01 Jun 2012 Rebounding for health
Rebounding is what you do when you exercise on a mini trampoline. Did you know that trampolining is not just for kids? Here’s why you should be serious about it, I mean, serious about having fun with it…
Rebounding is often recommended for lymph drainage and detoxification, as well as to tackle stagnation, since research has found that it encourages lymph flow. So here’s a piece of homecare advice linked with your Akana treatments, or anyway: get a mini trampoline.
How does it work? When you jump and then land on the rebounder mat and depress it, the increased G-force encourages the opening of valves in the lymph vessels and sends a healthy surge of fluid up through the body. Your muscles are activated and you breathe deeper, which changes the pressure in your chest – two aspects also known to help lymph flow. Overall, your body thrives on the change in speed and direction that occurs twice with each jump.
Other health advantages of rebounding (source: Bellicon):
- Your immune system will also benefit from faster lymph circulation.
- Rebounding can help avoid back pain, by supplying spinal discs with fluid and strengthening back muscles. A good rebounder is also gentle on the back and an ideal exercise option for people with back problems.
- It’s great for balance and coordination training. It helps improve posture and is a safe form of exercise for all ages.
- Can be used for cardiovascular training. Rebounding is not strenuous, but can strengthen. A study has found that after a period of daily rebounding participants had lower post-exercise pulses than before the trial period.
- Can help optimise metabolism which would benefit diabetes sufferers. Due to the ‘weightless’ feeling, it’s also a pleasant form of exercise for those with type 2 diabetes.
- Accelerating metabolic processes accelerates digestion, hence makes it easier to keep slim.
- Better metabolic processes also make bones hard and flexible, which helps avoid osteoporosis.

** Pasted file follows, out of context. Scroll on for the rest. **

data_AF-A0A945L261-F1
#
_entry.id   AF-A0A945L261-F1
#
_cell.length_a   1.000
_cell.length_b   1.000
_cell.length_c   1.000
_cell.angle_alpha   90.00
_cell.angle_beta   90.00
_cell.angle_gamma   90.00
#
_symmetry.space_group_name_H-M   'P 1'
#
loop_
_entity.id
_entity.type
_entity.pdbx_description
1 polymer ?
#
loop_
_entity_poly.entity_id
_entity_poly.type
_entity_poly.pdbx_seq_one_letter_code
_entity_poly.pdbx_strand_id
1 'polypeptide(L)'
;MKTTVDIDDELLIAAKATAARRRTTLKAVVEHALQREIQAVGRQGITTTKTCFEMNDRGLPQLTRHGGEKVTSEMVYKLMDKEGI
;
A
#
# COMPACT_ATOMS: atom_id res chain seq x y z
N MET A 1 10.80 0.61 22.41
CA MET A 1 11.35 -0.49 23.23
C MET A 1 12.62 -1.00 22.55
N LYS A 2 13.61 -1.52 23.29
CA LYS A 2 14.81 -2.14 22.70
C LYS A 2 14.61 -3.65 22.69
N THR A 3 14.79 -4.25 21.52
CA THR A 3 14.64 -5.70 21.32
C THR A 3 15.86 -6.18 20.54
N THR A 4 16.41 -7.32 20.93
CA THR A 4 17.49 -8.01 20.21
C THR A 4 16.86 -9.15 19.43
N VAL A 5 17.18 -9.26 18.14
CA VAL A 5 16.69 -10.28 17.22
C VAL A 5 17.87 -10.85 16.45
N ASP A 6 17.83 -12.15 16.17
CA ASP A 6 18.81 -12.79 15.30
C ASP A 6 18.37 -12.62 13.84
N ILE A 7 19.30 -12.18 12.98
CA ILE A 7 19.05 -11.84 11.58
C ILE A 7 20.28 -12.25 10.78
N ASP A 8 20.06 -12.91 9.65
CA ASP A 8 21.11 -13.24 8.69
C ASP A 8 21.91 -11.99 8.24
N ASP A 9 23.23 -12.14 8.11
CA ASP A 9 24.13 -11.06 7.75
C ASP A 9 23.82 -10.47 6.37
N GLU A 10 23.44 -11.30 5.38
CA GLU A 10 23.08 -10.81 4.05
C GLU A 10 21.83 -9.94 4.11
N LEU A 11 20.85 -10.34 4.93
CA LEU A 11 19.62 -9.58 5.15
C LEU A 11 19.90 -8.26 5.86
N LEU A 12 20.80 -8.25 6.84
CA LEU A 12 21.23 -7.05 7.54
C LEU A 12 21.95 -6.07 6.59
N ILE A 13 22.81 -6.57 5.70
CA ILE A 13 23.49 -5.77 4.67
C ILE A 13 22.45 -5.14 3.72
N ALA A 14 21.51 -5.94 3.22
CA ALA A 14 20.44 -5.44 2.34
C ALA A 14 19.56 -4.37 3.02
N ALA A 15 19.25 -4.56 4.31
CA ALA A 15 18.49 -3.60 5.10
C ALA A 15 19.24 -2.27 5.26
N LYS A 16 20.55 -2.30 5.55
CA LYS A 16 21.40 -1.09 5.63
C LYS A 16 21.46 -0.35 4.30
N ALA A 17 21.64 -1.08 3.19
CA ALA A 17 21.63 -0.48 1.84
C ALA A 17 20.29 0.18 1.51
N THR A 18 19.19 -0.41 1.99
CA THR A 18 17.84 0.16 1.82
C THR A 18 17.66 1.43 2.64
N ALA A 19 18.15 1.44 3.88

- It’s far less weight-bearing than jumping on the ground, so helps prevent damage and osteoarthritis.
- The movement can help alleviate the condition of asthma sufferers.
- It a great way switch off the mind and combat stress, so a good preventative measure against high blood pressure.
- It’s a fun way to exercise indoors, although there’s nothing to stop you from taking it outdoors.
The range of rebounders on the market provides for all budgets, you’ll find plenty of reviews online. One product seems the favourite by far: the German-made Bellicon (photo) – the ‘Porsche of rebounding’. It’s made with bungee cords rather than springs, hence is smoother and more stable, and quieter. It not only feels more like ‘workout without work’, but is also gentler on your back. It offers different options for customisation, from diameter to colours, as well as a variety of accessories, some for safety (e.g. a cushion for children), some for convenience (e.g. a folding legs option).
Do you wonder whether you have enough ceiling height? I did. Bellicon trampolines are about 35 cm high, but at the same time, even with intensive training, you only swing approximately 10 cm above the frame. Bellicon’s formula is: minimum ceiling height = your height + 50 cm. Of course you can jump higher, but you don’t need to for healthy rebounding. It would unnecessarily overload your joints and increase wear and tear of your rebounder.
The video embedded below talks through some basics of rebounding, including a brief mini trampoline review. Enjoy!